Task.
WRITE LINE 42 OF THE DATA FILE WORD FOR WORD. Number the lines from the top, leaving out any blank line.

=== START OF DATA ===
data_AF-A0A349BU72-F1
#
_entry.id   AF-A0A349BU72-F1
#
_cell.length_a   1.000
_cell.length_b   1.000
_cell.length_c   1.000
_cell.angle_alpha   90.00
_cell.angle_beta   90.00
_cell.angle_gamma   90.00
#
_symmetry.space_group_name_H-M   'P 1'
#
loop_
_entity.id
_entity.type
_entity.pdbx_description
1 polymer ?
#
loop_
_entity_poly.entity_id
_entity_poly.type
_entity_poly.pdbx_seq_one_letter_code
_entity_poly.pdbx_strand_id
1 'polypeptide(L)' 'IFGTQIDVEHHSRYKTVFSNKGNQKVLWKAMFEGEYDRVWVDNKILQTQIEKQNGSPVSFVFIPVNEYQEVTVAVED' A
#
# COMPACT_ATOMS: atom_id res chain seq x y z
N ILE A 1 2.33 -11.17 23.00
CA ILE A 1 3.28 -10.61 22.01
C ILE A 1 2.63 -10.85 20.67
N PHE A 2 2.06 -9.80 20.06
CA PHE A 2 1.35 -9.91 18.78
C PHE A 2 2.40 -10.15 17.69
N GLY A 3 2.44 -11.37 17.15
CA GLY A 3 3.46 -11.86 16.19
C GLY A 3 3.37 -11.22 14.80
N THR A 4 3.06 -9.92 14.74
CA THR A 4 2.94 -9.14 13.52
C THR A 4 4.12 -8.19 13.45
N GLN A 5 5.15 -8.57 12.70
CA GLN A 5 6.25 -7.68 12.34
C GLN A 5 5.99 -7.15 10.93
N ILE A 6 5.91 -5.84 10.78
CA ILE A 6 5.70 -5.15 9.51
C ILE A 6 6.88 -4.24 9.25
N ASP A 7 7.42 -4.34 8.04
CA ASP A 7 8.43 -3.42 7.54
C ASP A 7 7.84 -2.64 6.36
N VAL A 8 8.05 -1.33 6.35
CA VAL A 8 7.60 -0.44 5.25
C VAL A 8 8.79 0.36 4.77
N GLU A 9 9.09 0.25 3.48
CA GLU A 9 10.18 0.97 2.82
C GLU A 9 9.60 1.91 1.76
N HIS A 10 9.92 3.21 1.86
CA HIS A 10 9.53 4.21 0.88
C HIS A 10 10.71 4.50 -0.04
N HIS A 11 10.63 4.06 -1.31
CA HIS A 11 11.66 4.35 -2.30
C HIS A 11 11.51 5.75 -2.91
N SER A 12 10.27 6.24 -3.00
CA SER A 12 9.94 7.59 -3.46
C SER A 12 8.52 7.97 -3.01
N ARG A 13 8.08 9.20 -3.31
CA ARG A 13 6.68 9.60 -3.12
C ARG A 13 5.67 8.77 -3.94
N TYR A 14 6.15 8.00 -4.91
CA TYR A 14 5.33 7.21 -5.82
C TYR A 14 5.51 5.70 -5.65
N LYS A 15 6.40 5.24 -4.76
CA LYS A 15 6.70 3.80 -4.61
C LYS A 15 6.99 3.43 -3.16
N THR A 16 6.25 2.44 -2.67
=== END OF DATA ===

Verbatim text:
C GLN A 5 5.99 -7.15 10.93